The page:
Climate change adaptation projects backed by carbon offset market

By staff writers
May 3, 2007

Ground-breaking environmental consultancy and green project developer CarbonAided has announced a new initiative to raise funds for climate change adaptation projects supported by respected civic and church agencies. The first is Christian Aid.

Under the new scheme, revenue generated from the trade in carbon offsets will be channelled into projects that help developing countries adapt to the effects of climate change.

CarbonAided have developed an initiative to urge offset buyers to invest at least 5% of what they spend on offsets in the purchase of Adaptation Credits. All revenue generated by the sale of these Adaptation Credits will be ploughed into adaptation projects handled by charities on a not for profit basis. In addition, CarbonAided have pledged to donate 10% of their profit to adaptation projects.

CarbonAided’s scheme anticipates the full implementation of the UN Adaptation Fund which will place a requirement that a share of the proceeds from the Clean Development Mechanism be paid into the Fund. It is likely the Fund is still several years from being fully implemented. However, CarbonAided’s initiative goes beyond this and will include all offset sales.

“The most severe effects of climate change are already being felt by poor communities in developing countries. Those communities do not contribute to the change and are least able to adapt to it," says Dick Jones, a former Senior Energy Adviser at the UK Department for International Development, and now a director of CarbonAided.

He continued: "A major impact on climate change can be made by encouraging large carbon emitters to avoid and reduce their emissions through direct action and by offsetting remaining emissions. In the meantime, those suffering from the increasing frequency of catastrophic events such as drought and flooding need immediate help."

The first adaptation project to be funded by CarbonAided’s Adaptation Credits is the construction of water reservoirs in the Mandera District of north east Kenya. As a direct result of climate change, over the last fifteen years rainfall pattern in the region has been unpredictable and constantly below average. The resulting droughts have caused huge loss of life and livestock.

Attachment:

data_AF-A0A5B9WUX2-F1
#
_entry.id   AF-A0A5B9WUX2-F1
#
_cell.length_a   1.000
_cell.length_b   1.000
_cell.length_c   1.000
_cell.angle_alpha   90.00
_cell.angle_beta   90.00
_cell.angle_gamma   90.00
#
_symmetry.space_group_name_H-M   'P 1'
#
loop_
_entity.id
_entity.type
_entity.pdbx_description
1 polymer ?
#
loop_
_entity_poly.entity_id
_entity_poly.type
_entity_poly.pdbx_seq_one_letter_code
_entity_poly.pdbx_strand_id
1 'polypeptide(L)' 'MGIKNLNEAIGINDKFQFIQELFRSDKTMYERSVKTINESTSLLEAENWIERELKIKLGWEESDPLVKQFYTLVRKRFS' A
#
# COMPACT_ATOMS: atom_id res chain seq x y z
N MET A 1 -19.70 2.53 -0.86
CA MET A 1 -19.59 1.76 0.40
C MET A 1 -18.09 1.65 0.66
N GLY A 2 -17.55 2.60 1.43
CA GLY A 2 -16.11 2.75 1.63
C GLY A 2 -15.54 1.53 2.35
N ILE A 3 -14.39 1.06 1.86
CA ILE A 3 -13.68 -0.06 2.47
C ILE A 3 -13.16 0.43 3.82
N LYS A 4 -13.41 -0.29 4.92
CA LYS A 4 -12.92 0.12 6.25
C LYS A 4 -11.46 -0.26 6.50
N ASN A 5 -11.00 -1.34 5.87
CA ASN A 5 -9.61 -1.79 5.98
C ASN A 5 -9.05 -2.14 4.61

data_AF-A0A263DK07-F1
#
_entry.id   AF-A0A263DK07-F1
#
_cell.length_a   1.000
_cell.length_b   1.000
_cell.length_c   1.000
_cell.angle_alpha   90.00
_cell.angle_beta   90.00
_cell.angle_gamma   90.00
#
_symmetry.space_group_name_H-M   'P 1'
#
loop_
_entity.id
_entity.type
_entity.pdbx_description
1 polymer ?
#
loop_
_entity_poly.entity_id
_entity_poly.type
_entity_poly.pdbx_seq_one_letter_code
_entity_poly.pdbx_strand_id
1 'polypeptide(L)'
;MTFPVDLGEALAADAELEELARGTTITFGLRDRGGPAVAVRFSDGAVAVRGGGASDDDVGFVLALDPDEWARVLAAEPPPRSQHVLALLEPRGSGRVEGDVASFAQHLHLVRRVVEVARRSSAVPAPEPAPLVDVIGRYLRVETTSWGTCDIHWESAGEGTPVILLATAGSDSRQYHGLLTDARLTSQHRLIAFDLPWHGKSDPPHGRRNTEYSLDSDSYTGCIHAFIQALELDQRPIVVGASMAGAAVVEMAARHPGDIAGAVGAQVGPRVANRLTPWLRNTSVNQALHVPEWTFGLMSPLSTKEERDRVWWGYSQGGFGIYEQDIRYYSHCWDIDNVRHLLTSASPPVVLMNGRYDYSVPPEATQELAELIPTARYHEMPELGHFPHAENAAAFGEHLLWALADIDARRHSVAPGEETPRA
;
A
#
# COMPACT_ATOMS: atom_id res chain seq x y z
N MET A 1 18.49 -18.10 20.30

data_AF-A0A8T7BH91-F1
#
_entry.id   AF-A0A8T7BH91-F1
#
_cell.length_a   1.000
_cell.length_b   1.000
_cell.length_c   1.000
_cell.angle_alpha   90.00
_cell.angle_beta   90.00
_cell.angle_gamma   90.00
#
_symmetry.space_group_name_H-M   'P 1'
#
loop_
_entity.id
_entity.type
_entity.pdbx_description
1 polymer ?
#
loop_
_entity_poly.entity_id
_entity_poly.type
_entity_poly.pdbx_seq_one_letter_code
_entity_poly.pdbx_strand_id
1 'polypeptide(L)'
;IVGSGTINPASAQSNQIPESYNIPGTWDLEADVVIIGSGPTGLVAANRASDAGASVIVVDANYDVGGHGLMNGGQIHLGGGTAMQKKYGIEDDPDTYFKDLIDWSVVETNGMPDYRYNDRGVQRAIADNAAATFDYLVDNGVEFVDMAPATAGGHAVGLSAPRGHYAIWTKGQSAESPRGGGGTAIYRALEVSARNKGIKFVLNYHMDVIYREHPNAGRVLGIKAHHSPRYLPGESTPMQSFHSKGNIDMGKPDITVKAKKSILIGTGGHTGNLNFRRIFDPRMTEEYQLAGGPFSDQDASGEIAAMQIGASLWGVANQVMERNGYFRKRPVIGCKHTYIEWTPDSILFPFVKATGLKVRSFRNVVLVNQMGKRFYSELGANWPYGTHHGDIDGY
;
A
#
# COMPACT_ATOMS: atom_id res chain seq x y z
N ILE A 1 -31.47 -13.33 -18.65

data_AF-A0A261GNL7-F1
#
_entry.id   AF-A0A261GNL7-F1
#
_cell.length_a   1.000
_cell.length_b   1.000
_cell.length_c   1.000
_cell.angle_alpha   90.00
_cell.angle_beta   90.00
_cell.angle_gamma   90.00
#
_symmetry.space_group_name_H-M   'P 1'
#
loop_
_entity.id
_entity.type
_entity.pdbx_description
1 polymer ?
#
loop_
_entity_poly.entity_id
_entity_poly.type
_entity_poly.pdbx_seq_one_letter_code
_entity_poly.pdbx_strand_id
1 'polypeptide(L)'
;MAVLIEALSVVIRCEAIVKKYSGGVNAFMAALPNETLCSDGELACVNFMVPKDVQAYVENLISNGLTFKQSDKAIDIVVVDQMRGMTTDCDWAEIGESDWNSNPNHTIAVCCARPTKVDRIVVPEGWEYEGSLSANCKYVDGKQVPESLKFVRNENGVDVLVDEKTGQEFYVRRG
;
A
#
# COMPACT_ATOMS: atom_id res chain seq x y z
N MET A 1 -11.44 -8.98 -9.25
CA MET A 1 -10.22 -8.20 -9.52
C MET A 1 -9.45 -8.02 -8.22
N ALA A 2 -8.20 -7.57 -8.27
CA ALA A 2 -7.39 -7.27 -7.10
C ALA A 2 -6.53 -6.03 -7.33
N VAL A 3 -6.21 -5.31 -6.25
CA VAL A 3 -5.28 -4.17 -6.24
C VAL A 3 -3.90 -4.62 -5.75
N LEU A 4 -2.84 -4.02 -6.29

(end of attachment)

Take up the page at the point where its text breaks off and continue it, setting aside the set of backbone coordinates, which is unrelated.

Dominic Brain, head of programme funding at Christian Aid, said: "Projects that help communities in developing countries adapt to the effects of climate change are a key element of Christian Aid’s strategy. It makes sense to ensure that as the market for carbon offsets develops, adaptation is not forgotten and becomes an intrinsic part of the package. CarbonAided’s sale of adaptation credits will prove a valuable source of funding for future adaptation projects."

CarbonAided assists entities to develop renewable energy and other green projects that combat global climate change. CarbonAided sells the resulting verified emissions savings to businesses and individuals as part of their strategy to reduce their carbon footprints. Income from the sale of the carbon offsets provides a crucial source of finance for green projects.

Christian Aid works in some of the world’s poorest communities in around 50 countries - regardless of religion. Its Climate Changed Campaign is calling on the British government to introduce mandatory carbon calculation and reporting standards for all companies operating in the UK.

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